ODU Grads Follow Through on Childhood Plans to Start Their Own Business Together, Opening Coffee Bistro
Chris Shelton ended up studying business finance at Old Dominion University because, well, he's a little color blind.
However unintended, the decision has turned out to be a good one for Shelton and his high school friend Mike Aston.
As a high school student from Smithfield, Shelton signed up for a tour of ODU. His friend Aston was already at the university studying computer engineering, so Shelton figured he'd tour the engineering school while on campus.
He discovered, however, that the tour signup sheet was color-coded. So instead of getting a look at the Batten College of Engineering and Technology, Shelton mistakenly signed up for a tour of the College of Business and Public Administration.
"The (light) green dot looked dark to me, and I ended up touring the business school inadvertently," he said. "After a few minutes, I realized that's where I wanted to be. So I stayed."
Shelton stayed all the way until he earned a degree in business administration in 2007, with a dual minor in finance and economics, magna cum laude. It was a wise choice. In February, Shelton and Aston opened Cure Coffeehouse and Brasserie, a coffee shop and bistro on Botetourt Street in downtown Norfolk.
"We'd been planning to do something in business for basically our whole lives since we met," said Aston, who graduated with a computer engineering degree in 2005.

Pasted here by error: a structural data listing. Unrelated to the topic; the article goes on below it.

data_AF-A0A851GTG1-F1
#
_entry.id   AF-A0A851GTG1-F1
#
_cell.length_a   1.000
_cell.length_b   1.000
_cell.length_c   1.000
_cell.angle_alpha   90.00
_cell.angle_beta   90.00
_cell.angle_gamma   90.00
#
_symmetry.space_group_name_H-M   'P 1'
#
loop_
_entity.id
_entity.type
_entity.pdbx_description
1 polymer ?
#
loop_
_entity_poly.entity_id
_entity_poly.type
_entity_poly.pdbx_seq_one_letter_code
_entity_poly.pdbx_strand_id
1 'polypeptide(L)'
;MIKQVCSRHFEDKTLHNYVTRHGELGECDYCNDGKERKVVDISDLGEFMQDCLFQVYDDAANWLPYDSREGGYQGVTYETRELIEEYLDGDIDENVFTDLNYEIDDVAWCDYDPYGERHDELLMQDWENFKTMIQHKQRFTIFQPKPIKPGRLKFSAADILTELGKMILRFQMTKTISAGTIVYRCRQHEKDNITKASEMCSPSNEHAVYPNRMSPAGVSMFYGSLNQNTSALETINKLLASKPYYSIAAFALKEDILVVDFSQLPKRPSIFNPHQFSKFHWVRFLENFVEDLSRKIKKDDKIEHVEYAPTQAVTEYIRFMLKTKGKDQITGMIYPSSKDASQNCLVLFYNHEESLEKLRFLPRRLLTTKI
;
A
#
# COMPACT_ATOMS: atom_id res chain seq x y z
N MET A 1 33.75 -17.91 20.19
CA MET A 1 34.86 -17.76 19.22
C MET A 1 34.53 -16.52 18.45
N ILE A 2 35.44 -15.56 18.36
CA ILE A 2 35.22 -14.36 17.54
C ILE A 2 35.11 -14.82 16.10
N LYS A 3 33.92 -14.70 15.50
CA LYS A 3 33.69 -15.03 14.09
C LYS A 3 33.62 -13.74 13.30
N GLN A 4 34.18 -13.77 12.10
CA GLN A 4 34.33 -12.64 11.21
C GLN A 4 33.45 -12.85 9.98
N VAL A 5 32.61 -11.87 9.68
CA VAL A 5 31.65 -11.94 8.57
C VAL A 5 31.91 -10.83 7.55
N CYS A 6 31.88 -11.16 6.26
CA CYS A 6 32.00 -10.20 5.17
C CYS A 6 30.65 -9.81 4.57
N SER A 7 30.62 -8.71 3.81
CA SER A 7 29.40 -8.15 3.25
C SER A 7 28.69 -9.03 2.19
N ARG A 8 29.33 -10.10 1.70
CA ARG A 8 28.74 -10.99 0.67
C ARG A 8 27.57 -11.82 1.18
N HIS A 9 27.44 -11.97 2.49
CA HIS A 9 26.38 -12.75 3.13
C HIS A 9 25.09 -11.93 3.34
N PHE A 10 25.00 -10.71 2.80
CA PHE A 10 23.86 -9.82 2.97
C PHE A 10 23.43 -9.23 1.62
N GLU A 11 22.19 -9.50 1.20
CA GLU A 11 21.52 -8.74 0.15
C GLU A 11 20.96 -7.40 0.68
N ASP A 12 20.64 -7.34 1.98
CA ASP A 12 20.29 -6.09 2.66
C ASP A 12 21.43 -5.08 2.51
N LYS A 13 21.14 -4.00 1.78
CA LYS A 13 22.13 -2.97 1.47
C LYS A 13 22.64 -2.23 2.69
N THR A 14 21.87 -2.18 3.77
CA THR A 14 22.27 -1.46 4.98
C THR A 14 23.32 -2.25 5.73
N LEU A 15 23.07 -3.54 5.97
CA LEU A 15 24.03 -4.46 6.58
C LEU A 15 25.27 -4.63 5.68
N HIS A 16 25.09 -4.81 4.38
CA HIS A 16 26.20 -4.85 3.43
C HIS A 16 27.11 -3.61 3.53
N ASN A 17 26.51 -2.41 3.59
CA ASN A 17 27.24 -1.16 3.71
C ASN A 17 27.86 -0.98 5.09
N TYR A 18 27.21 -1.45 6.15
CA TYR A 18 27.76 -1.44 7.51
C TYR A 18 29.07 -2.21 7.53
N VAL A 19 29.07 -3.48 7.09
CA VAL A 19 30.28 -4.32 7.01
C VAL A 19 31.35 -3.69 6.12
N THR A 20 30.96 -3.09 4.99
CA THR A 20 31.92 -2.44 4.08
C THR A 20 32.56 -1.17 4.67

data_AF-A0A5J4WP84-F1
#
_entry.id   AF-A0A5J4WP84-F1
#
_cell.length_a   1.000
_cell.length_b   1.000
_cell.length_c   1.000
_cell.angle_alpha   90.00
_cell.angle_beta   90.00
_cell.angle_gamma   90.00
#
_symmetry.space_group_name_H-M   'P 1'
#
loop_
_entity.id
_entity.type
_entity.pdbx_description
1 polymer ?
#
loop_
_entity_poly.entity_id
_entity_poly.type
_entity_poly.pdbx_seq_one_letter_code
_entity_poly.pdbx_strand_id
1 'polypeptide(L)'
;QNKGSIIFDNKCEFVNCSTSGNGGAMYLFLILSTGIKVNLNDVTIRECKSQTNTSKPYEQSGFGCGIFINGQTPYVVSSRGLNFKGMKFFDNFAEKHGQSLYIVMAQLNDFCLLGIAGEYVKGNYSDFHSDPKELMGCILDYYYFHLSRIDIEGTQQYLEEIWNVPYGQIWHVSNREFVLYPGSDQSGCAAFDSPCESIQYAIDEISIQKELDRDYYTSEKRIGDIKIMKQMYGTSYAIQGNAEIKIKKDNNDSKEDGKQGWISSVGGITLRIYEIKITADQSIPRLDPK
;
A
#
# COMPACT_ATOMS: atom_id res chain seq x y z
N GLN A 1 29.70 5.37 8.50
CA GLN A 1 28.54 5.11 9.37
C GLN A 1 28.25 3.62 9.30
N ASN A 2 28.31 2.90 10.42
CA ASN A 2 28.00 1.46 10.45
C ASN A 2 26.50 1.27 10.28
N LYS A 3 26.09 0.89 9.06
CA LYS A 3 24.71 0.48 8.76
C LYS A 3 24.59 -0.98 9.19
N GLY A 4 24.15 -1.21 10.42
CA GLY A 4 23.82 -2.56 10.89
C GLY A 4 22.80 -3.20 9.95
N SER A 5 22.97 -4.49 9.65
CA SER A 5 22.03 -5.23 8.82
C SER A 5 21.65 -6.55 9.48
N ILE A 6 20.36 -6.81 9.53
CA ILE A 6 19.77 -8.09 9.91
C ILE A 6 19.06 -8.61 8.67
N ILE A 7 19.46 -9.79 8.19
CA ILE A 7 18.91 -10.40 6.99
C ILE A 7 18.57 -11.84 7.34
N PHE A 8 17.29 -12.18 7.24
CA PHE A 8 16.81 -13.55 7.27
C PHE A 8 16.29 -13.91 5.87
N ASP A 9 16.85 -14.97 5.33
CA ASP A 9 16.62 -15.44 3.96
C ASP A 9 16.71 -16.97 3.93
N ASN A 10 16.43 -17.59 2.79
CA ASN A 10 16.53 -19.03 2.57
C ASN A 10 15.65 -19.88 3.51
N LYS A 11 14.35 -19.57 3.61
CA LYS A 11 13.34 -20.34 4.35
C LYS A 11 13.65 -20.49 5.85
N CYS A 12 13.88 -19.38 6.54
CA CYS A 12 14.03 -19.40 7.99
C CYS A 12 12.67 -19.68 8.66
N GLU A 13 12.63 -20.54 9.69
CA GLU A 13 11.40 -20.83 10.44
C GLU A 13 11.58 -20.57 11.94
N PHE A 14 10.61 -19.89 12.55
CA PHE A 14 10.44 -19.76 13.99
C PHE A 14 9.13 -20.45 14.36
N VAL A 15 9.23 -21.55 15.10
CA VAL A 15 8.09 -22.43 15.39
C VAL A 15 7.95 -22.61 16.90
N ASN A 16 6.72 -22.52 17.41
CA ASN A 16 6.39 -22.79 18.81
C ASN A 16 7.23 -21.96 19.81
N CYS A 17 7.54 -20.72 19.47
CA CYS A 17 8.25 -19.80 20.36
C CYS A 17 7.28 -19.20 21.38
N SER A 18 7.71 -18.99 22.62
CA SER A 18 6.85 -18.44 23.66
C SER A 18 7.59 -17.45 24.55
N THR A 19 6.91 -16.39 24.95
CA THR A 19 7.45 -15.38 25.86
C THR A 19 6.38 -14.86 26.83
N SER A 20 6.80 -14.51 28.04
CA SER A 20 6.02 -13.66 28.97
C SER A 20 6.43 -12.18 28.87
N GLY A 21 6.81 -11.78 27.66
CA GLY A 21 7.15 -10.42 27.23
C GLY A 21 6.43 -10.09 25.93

"We'd been talking about opening a venue for live music. But I kept driving by and saw this place empty. I always thought this great neighborhood was missing something. So we thought of a coffee shop."
Cure, which also offers an evening bar and New York-style smoked pastrami sandwiches among its full food menu selections, opened its doors with no fanfare on Feb. 26 this year. In little time, however, it found a niche in the funky Lord Botetourt neighborhood, with its condos and cobblestone streets. The bistro also offers local microbrews in an eclectic atmosphere, which features musicians performing at open-mike night every Wednesday.
"In February, we literally took the paper off the windows, put an 'open' sign on the door, and had 83 sales the first day," Shelton said. "It's been just short of overwhelming."
"There's always something that comes up that you didn't anticipate," Aston added.
Shelton's parents owned bookstores when he was growing up, so he's always envisioned being his own boss. His time at ODU gave him the tools. Shelton is the financial leader of the business, writing the business plan and doing the company's books. Aston has applied his engineering mind to the nuts and bolts of being a café proprietor.
"I spent six months at home in the evening, trying different smoked-meat recipes," Aston said with a smile.
"We complement each other," Shelton said.
That's the thing about this venture. As a start-up business in a location with only 1,050 square feet, Cure Coffeehouse and Brasserie isn't a full-time job for either of them. Aston works as a software designer, Shelton works for a financial firm as a registered wealth management representative. The company's only full-time employee is Aston's wife, Kristie.
But the ODU grads both say the experience they have gained from starting a business, especially one in which they had zero previous experience, has been invaluable.
"We won't make enough to live off of, but my goal is to have this business eventually run itself so we can move on and start another business," Shelton said.
This article was posted on: June 17, 2011
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